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Canada’s caribou at risk: mapping out solutions

January 17, 2019

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Denys Yemshanov, research scientist, Great Lakes Forestry Centre of Natural Resources Canada.

Canada’s boreal caribou are running a race against time. Their numbers have decreased by more than 30 percent over the past 20 years, and they are now officially listed as threatened under the federal Species at Risk Act.

Caribou face challenges on several fronts. Some of these are traditional: predators and competitors, human activities changing their habitat, forest fires modifying the ecosystem and outbreaks of forest insects and diseases. Others are entirely new threats, such as the various effects of climate change.

Taking action to restore habitat

Yet modern science can do much to help them. Natural Resources Canada (NRCan) scientists and researchers are taking action through their work at two specialized agencies: the Canadian Forest Service (CFS) and the Canada Centre for Mapping and Earth Observation.

Denys Yemshanov, a CFS research scientist at the Great Lakes Forestry Centre in Sault Ste. Marie, Ontario, is using powerful computer modelling programs to help find solutions.

He applies bio-economic modelling to determine the most cost-effective caribou habitat restoration strategies in boreal landscapes.

“It’s not just about ecological restoration or how much habitat there is; it’s about where and how those pieces connect,” he says. “There are limitless points of connection between suitable caribou sites in boreal landscapes. We’re looking for the optimal ways to make connections so restoration efforts can focus on those critical points where caribou can move and access the habitat.”

Mapping out a world in change

To create the most up-to-date and detailed picture of caribou habitat, Denys uses information from satellite images, maps and other sources to determine the limits of the caribou’s range, note where any disturbances occur and how the herds move.

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A caribou spotted in Quebec (photo Getty Images © Jérémie LeBlond-Fontaine).

He then factors in the element of human involvement by applying different economic calculations, or scenarios, that take into account human-made disturbances, restoration costs, commercial timber supply and forest harvesting.

Finally, he compares these different scenarios to determine the most cost-effective way to restore the caribou’s fragmented habitat.

Decisions made on the ground based on science

The process, although straightforward, is extremely complex because of the interplay of so many different variables, and it can take weeks for the computer program to process the information.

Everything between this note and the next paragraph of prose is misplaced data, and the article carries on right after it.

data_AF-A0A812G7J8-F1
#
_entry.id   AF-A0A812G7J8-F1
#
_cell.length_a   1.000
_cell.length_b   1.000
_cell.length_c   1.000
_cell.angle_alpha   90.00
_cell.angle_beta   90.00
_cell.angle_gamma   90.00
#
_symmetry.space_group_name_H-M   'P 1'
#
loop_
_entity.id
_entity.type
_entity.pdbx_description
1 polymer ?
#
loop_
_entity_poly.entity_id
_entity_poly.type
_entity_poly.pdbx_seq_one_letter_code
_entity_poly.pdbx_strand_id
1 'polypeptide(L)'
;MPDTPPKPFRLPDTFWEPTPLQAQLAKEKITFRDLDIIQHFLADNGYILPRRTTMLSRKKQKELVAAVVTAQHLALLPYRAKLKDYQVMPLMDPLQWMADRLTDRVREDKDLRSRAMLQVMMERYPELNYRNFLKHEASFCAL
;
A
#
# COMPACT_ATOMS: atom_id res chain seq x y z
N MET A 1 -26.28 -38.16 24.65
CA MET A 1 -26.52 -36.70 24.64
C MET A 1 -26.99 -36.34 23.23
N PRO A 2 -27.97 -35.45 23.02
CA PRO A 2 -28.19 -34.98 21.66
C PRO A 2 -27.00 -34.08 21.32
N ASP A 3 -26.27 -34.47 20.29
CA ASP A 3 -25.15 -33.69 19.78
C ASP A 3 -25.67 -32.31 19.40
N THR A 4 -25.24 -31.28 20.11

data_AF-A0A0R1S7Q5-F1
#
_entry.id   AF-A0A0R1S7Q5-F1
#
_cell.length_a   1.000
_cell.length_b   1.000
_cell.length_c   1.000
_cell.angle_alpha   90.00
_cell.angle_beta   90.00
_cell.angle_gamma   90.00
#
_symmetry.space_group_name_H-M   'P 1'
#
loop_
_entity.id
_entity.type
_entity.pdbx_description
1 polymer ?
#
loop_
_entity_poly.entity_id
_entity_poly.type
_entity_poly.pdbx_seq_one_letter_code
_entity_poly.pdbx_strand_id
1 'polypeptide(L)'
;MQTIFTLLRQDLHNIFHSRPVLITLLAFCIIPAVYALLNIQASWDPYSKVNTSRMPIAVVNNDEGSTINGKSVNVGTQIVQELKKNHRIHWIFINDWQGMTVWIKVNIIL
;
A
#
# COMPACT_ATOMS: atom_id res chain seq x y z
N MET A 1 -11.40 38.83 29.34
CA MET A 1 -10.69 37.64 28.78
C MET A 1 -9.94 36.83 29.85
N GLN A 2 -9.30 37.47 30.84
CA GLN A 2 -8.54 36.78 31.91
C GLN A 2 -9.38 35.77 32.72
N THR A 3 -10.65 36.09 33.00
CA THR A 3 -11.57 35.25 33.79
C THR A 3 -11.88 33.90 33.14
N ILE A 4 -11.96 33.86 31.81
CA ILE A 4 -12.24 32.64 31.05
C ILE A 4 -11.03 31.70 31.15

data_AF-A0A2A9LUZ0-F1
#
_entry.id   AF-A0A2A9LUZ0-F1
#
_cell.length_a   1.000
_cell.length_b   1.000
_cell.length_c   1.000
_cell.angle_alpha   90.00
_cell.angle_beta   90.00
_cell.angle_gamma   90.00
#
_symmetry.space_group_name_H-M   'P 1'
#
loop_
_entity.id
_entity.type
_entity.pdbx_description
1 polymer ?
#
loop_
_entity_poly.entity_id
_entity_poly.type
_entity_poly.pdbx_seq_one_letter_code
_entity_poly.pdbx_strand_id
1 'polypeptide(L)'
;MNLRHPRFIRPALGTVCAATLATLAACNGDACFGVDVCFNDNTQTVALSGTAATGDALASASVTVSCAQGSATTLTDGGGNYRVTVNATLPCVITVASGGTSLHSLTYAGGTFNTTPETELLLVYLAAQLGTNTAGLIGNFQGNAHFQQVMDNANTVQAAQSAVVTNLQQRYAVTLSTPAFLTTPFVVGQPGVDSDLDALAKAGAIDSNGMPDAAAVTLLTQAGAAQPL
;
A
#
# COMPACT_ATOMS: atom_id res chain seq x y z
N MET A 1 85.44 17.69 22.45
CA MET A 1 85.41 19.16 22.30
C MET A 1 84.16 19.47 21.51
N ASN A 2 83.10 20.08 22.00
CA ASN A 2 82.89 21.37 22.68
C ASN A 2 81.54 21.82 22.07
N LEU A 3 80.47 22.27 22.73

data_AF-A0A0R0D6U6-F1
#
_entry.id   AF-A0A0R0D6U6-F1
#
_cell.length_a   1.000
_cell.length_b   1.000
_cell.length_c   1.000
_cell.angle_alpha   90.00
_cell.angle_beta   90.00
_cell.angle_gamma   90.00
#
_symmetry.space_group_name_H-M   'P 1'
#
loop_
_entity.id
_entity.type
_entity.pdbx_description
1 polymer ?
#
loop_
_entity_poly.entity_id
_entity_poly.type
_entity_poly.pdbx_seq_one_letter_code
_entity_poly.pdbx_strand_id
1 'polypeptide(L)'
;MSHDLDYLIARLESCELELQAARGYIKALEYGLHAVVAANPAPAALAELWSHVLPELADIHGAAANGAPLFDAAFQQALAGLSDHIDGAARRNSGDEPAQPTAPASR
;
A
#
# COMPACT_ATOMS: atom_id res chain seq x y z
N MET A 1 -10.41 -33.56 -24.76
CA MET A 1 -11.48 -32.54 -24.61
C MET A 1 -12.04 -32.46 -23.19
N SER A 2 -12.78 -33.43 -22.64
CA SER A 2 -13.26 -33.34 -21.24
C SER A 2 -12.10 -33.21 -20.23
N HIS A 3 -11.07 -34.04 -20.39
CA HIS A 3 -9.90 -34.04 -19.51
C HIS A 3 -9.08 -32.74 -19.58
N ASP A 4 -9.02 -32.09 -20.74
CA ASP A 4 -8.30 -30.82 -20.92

“It’s a challenge,” says Denys. “The forest landscape is a dynamic system, and everything happens in space and time. There’s one map of habitats today, and tomorrow there’s another map. So it’s like taking snapshots of a forest at multiple points of space and time and making economically informed decisions on the ground based on science.”

A growing field

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In Canada, 14 local caribou populations (green) are self-sustaining. Other populations (blue) must be stabilized in order to achieve the same status.

This innovative, specialized approach is of scientific interest as well as practical importance.

Denys has completed a case study in the Cold Lake Caribou Range in Alberta and is expanding the scope of his project to include caribou habitats in other parts of Canada. He’s also developing a long-term planning model that can incorporate forestry industry needs and the impacts of climate change. Forest harvest can increase landscape fragmentation and reduces the amount of suitable habitat available for caribou. These models may help understand how to minimize these impacts.

“From a scientist’s point of view, what makes it exciting is we’re helping solve actual policy problems,” he says. Eventually, decision makers and forestry planners could use his work to prioritize restoration and protection efforts.

A special relationship

Caribou are of special importance to the life and natural history of Canada’s North. They are also important to Canada as a whole and for thousands of years, caribou have been of special significance for Indigenous peoples. They are a national symbol that appears on Canada’s 25-cent coins. Conserving and restoring their habitat would benefit other species that thrive in the same ecosystem.

For these reasons, Canada’s scientists, provinces, the federal government, Indigenous peoples and industry are working together in various ways to protect and restore boreal caribou habitat, thus supporting local communities.

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